Help You Didn’t Know You Needed
My mentor became a mentor to me without my realizing it. A senior vice president in the first firm I worked for enabled me to focus on best practices in various ways. I realized what a mentor she was after listening to, watching and using the real life knowledge she possessed in human resources.
Here are some of the ways a mentor can help you:
Silent Knowledge – This is one area where mentors are invaluable. I like to use the words “silent knowledge" because by just watching someone who has been there/done that before you will help you better understand the work environment around you and what’s expected and accepted. Mentors silently offer solutions through example; so keep your eyes and ears open and use any guidance offered.
Free Knowledge – Everything I learned in college cost mega bucks but mentors are free. The knowledge they possess and offer to you costs you nothing and if you utilize that experience, you’re gaining insights with no tuition expense.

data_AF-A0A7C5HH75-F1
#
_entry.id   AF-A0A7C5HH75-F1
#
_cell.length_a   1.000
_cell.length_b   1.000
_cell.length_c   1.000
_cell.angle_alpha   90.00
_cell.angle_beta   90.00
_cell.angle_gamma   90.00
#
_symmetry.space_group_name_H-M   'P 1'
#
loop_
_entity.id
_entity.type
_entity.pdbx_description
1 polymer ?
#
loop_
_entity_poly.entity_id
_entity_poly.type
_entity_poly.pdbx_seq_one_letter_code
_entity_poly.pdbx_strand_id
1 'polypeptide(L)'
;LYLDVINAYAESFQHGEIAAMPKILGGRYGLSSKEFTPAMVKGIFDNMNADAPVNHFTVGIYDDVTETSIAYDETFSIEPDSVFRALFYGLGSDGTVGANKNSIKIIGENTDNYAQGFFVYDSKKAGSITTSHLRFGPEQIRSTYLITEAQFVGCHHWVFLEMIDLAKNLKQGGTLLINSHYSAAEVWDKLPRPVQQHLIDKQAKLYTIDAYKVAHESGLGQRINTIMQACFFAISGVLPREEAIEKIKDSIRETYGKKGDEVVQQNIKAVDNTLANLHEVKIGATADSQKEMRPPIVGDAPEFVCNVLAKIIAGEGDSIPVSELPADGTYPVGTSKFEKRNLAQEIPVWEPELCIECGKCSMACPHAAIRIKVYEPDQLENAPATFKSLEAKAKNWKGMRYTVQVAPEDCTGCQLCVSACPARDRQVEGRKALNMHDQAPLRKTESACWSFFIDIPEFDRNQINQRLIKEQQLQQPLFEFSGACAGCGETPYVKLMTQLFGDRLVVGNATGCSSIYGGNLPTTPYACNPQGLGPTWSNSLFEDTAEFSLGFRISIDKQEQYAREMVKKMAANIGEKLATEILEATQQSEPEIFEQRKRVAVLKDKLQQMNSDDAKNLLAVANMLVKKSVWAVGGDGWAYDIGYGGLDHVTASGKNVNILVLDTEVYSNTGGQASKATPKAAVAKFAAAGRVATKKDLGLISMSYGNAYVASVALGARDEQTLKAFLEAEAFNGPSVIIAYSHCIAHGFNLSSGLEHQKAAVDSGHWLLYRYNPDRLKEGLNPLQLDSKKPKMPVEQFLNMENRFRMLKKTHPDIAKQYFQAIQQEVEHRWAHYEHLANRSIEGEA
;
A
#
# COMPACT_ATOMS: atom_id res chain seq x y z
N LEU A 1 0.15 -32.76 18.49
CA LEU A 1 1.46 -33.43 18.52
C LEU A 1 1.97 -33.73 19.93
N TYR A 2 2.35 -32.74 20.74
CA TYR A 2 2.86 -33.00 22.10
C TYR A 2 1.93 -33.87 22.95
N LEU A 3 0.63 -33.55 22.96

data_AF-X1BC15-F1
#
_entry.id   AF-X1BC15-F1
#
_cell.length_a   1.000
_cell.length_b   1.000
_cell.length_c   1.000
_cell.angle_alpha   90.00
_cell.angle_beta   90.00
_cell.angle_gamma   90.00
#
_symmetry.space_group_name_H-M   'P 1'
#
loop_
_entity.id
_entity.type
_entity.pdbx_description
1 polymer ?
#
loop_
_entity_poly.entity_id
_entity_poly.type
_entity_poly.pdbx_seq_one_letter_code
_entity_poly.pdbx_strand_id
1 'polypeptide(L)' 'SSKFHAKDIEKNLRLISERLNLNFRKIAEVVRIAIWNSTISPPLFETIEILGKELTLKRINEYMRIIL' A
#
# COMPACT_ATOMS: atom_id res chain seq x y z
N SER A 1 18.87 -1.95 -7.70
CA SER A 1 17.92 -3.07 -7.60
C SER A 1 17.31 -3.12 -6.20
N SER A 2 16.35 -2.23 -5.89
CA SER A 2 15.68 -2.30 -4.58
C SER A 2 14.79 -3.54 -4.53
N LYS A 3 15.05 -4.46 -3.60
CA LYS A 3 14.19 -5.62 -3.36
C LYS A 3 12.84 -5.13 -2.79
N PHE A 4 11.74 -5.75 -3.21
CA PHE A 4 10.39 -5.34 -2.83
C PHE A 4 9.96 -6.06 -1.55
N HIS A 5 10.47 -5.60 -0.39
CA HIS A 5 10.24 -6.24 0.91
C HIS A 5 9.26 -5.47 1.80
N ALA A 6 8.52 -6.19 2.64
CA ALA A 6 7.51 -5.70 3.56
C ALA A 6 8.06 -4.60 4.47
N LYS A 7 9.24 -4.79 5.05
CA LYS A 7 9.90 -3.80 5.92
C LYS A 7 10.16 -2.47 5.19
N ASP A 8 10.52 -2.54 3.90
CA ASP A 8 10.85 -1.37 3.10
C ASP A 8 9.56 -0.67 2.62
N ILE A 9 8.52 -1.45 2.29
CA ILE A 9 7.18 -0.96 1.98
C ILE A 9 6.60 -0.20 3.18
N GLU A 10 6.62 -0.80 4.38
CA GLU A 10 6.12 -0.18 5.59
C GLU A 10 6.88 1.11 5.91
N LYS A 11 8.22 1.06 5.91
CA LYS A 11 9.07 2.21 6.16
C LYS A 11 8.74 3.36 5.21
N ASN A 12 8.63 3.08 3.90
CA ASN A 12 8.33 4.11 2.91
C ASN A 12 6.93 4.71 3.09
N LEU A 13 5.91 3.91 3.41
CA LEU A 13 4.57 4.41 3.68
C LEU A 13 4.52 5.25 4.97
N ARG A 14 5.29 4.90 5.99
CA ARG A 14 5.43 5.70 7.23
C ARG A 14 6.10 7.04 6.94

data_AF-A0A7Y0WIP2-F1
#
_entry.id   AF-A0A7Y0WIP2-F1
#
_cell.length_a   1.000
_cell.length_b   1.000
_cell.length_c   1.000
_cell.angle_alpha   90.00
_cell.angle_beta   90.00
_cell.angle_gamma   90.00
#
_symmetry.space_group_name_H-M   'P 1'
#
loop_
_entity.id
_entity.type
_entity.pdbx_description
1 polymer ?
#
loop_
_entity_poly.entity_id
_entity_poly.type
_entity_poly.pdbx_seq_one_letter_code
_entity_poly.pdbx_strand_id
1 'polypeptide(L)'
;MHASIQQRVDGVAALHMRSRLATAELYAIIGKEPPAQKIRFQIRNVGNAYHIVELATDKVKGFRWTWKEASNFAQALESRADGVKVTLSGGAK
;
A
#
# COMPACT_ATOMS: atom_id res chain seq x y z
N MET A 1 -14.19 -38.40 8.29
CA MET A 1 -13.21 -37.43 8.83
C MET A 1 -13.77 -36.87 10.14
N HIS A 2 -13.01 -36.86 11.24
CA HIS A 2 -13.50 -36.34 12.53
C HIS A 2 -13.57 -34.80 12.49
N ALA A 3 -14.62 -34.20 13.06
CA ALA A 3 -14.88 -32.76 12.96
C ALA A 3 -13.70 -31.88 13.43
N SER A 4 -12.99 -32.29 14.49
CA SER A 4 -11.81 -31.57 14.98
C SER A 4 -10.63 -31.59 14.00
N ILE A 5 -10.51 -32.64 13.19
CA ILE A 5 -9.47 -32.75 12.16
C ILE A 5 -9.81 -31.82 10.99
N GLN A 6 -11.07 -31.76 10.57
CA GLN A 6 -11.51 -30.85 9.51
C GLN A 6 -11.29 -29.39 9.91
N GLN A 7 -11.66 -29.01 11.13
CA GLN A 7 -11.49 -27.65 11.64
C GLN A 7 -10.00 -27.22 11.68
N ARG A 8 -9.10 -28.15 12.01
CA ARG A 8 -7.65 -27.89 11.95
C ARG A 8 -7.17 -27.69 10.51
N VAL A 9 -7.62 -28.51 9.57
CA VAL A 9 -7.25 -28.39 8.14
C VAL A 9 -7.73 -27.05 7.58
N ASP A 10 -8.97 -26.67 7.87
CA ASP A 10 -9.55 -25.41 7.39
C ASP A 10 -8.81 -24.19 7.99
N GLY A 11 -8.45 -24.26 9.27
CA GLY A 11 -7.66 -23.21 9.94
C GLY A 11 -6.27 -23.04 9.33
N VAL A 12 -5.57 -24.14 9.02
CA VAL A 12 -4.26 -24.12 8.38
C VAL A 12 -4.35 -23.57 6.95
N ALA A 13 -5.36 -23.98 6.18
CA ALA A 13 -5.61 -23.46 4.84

Solutions – A new job or a new position often brings uncertainty. Mentors offer solutions to problems and questions you have along your career path. A quick e-mail or phone call often provides the answers you need or, at the very least, guides you in the right direction. A mentor also helps point out areas where he sees you are failing with tips on how to improve.
Career Help – If you find yourself in an entry-level position with hopes of climbing the ladder, a mentor can help you reach the career level you want. She can also help determine the right career path, what’s best for you and point out your strengths and weaknesses—something you may not see on your own. Mentors can offer suggestions on continuing education and steer you in unexplored adventures throughout your career.
Lifetime Guidance – Even if you leave the company or position where you found that first mentor, that individual can still offer you a lifetime of guidance in almost any area. Because most mentors have seen and done a lot in their careers, and have a special interest in you succeeding, they want to offer and do offer the best advice and guidance throughout your career.
Guesswork – A good mentor takes the guesswork out of problem areas where you need help. His openness to help you makes it much easier to ask him for help rather than finding answers on your own or asking the wrong person.